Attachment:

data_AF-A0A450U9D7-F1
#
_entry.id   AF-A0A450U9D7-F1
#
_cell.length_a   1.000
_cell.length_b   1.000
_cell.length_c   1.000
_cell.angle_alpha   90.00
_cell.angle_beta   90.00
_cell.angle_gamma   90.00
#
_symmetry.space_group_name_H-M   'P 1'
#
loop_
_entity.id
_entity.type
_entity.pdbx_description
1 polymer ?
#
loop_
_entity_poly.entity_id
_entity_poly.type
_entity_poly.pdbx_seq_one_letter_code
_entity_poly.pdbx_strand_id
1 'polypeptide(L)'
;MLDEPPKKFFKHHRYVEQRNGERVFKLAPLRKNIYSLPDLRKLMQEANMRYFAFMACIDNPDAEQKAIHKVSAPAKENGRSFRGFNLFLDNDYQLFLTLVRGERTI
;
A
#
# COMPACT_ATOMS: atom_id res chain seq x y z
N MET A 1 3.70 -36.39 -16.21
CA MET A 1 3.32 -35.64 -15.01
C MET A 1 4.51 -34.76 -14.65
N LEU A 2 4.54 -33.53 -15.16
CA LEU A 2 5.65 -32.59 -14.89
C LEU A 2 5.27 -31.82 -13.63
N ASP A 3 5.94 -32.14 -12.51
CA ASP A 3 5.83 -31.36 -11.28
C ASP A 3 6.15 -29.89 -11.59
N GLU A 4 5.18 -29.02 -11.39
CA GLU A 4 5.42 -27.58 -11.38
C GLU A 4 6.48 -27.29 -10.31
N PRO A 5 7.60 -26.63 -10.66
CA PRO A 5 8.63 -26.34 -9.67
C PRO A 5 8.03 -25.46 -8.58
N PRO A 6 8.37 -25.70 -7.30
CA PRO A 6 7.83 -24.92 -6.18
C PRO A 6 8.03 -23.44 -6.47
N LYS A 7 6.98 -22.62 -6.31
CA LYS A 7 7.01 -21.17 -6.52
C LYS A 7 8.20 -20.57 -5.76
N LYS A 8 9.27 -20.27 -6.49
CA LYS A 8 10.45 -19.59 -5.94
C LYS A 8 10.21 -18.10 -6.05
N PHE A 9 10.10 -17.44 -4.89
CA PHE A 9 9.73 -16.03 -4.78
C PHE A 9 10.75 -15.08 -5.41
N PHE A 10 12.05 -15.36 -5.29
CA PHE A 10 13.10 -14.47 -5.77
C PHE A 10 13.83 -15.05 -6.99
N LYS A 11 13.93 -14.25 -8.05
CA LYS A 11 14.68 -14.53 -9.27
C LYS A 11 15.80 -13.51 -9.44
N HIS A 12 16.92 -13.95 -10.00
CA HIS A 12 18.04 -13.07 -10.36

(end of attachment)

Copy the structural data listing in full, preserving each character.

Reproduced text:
data_AF-A0A450U9D7-F1
#
_entry.id   AF-A0A450U9D7-F1
#
_cell.length_a   1.000
_cell.length_b   1.000
_cell.length_c   1.000
_cell.angle_alpha   90.00
_cell.angle_beta   90.00
_cell.angle_gamma   90.00
#
_symmetry.space_group_name_H-M   'P 1'
#
loop_
_entity.id
_entity.type
_entity.pdbx_description
1 polymer ?
#
loop_
_entity_poly.entity_id
_entity_poly.type
_entity_poly.pdbx_seq_one_letter_code
_entity_poly.pdbx_strand_id
1 'polypeptide(L)'
;MLDEPPKKFFKHHRYVEQRNGERVFKLAPLRKNIYSLPDLRKLMQEANMRYFAFMACIDNPDAEQKAIHKVSAPAKENGRSFRGFNLFLDNDYQLFLTLVRGERTI
;
A
#
# COMPACT_ATOMS: atom_id res chain seq x y z
N MET A 1 3.70 -36.39 -16.21
CA MET A 1 3.32 -35.64 -15.01
C MET A 1 4.51 -34.76 -14.65
N LEU A 2 4.54 -33.53 -15.16
CA LEU A 2 5.65 -32.59 -14.89
C LEU A 2 5.27 -31.82 -13.63
N ASP A 3 5.94 -32.14 -12.51
CA ASP A 3 5.83 -31.36 -11.28
C ASP A 3 6.15 -29.89 -11.59
N GLU A 4 5.18 -29.02 -11.39
CA GLU A 4 5.42 -27.58 -11.38
C GLU A 4 6.48 -27.29 -10.31
N PRO A 5 7.60 -26.63 -10.66
CA PRO A 5 8.63 -26.34 -9.67
C PRO A 5 8.03 -25.46 -8.58
N PRO A 6 8.37 -25.70 -7.30
CA PRO A 6 7.83 -24.92 -6.18
C PRO A 6 8.03 -23.44 -6.47
N LYS A 7 6.98 -22.62 -6.31
CA LYS A 7 7.01 -21.17 -6.52
C LYS A 7 8.20 -20.57 -5.76
N LYS A 8 9.27 -20.27 -6.49
CA LYS A 8 10.45 -19.59 -5.94
C LYS A 8 10.21 -18.10 -6.05
N PHE A 9 10.10 -17.44 -4.89
CA PHE A 9 9.73 -16.03 -4.78
C PHE A 9 10.75 -15.08 -5.41
N PHE A 10 12.05 -15.36 -5.29
CA PHE A 10 13.10 -14.47 -5.77
C PHE A 10 13.83 -15.05 -6.99
N LYS A 11 13.93 -14.25 -8.05
CA LYS A 11 14.68 -14.53 -9.27
C LYS A 11 15.80 -13.51 -9.44
N HIS A 12 16.92 -13.95 -10.00
CA HIS A 12 18.04 -13.07 -10.36